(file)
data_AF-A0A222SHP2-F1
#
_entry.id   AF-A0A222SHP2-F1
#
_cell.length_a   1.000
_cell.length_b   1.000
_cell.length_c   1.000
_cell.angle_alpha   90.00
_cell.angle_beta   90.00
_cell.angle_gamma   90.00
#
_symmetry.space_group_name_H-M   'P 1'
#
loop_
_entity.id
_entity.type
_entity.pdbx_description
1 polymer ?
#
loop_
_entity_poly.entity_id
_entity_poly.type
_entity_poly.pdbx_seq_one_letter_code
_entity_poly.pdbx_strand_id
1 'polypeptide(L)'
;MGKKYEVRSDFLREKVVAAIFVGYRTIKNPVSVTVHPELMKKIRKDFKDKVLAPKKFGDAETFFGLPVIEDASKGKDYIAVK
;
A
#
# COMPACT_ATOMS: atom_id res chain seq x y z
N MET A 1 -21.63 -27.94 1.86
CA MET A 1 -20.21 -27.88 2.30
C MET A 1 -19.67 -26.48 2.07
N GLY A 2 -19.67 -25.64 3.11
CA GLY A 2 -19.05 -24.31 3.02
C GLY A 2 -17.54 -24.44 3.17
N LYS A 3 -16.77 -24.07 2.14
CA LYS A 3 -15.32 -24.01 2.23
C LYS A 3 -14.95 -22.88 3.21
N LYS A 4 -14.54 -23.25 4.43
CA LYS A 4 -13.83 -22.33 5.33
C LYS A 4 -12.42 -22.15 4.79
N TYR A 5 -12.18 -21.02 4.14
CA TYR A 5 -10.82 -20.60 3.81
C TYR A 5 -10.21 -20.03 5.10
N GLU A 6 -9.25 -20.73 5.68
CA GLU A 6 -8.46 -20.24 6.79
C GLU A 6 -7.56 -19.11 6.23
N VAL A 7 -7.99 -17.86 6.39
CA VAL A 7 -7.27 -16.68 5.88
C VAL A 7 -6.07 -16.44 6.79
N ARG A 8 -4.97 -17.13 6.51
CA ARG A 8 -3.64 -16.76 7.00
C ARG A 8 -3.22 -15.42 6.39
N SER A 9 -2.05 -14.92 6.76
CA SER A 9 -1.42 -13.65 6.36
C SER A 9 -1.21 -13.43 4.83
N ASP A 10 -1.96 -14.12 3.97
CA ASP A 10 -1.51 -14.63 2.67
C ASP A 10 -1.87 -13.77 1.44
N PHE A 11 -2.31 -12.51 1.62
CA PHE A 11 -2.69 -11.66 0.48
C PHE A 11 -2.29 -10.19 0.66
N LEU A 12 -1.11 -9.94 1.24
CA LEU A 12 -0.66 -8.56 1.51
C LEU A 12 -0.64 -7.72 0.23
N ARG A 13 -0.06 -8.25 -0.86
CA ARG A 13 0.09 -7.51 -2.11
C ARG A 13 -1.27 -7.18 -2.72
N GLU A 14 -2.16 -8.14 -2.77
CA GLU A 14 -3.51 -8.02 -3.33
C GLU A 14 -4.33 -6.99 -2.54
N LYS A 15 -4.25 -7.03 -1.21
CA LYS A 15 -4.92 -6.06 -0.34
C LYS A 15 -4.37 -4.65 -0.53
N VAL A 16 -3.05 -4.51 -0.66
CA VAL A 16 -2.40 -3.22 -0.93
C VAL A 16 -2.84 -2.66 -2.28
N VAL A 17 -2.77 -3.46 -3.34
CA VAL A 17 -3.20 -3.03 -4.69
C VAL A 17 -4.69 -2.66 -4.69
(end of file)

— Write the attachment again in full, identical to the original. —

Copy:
data_AF-A0A222SHP2-F1
#
_entry.id   AF-A0A222SHP2-F1
#
_cell.length_a   1.000
_cell.length_b   1.000
_cell.length_c   1.000
_cell.angle_alpha   90.00
_cell.angle_beta   90.00
_cell.angle_gamma   90.00
#
_symmetry.space_group_name_H-M   'P 1'
#
loop_
_entity.id
_entity.type
_entity.pdbx_description
1 polymer ?
#
loop_
_entity_poly.entity_id
_entity_poly.type
_entity_poly.pdbx_seq_one_letter_code
_entity_poly.pdbx_strand_id
1 'polypeptide(L)'
;MGKKYEVRSDFLREKVVAAIFVGYRTIKNPVSVTVHPELMKKIRKDFKDKVLAPKKFGDAETFFGLPVIEDASKGKDYIAVK
;
A
#
# COMPACT_ATOMS: atom_id res chain seq x y z
N MET A 1 -21.63 -27.94 1.86
CA MET A 1 -20.21 -27.88 2.30
C MET A 1 -19.67 -26.48 2.07
N GLY A 2 -19.67 -25.64 3.11
CA GLY A 2 -19.05 -24.31 3.02
C GLY A 2 -17.54 -24.44 3.17
N LYS A 3 -16.77 -24.07 2.14
CA LYS A 3 -15.32 -24.01 2.23
C LYS A 3 -14.95 -22.88 3.21
N LYS A 4 -14.54 -23.25 4.43
CA LYS A 4 -13.83 -22.33 5.33
C LYS A 4 -12.42 -22.15 4.79
N TYR A 5 -12.18 -21.02 4.14
CA TYR A 5 -10.82 -20.60 3.81
C TYR A 5 -10.21 -20.03 5.10
N GLU A 6 -9.25 -20.73 5.68
CA GLU A 6 -8.46 -20.24 6.79
C GLU A 6 -7.56 -19.11 6.23
N VAL A 7 -7.99 -17.86 6.39
CA VAL A 7 -7.27 -16.68 5.88
C VAL A 7 -6.07 -16.44 6.79
N ARG A 8 -4.97 -17.13 6.51
CA ARG A 8 -3.64 -16.76 7.00
C ARG A 8 -3.22 -15.42 6.39
N SER A 9 -2.05 -14.92 6.76
CA SER A 9 -1.42 -13.65 6.36
C SER A 9 -1.21 -13.43 4.83
N ASP A 10 -1.96 -14.12 3.97
CA ASP A 10 -1.51 -14.63 2.67
C ASP A 10 -1.87 -13.77 1.44
N PHE A 11 -2.31 -12.51 1.62
CA PHE A 11 -2.69 -11.66 0.48
C PHE A 11 -2.29 -10.19 0.66
N LEU A 12 -1.11 -9.94 1.24
CA LEU A 12 -0.66 -8.56 1.51
C LEU A 12 -0.64 -7.72 0.23
N ARG A 13 -0.06 -8.25 -0.86
CA ARG A 13 0.09 -7.51 -2.11
C ARG A 13 -1.27 -7.18 -2.72
N GLU A 14 -2.16 -8.14 -2.77
CA GLU A 14 -3.51 -8.02 -3.33
C GLU A 14 -4.33 -6.99 -2.54
N LYS A 15 -4.25 -7.03 -1.21
CA LYS A 15 -4.92 -6.06 -0.34
C LYS A 15 -4.37 -4.65 -0.53
N VAL A 16 -3.05 -4.51 -0.66
CA VAL A 16 -2.40 -3.22 -0.93
C VAL A 16 -2.84 -2.66 -2.28
N VAL A 17 -2.77 -3.46 -3.34
CA VAL A 17 -3.20 -3.03 -4.69
C VAL A 17 -4.69 -2.66 -4.69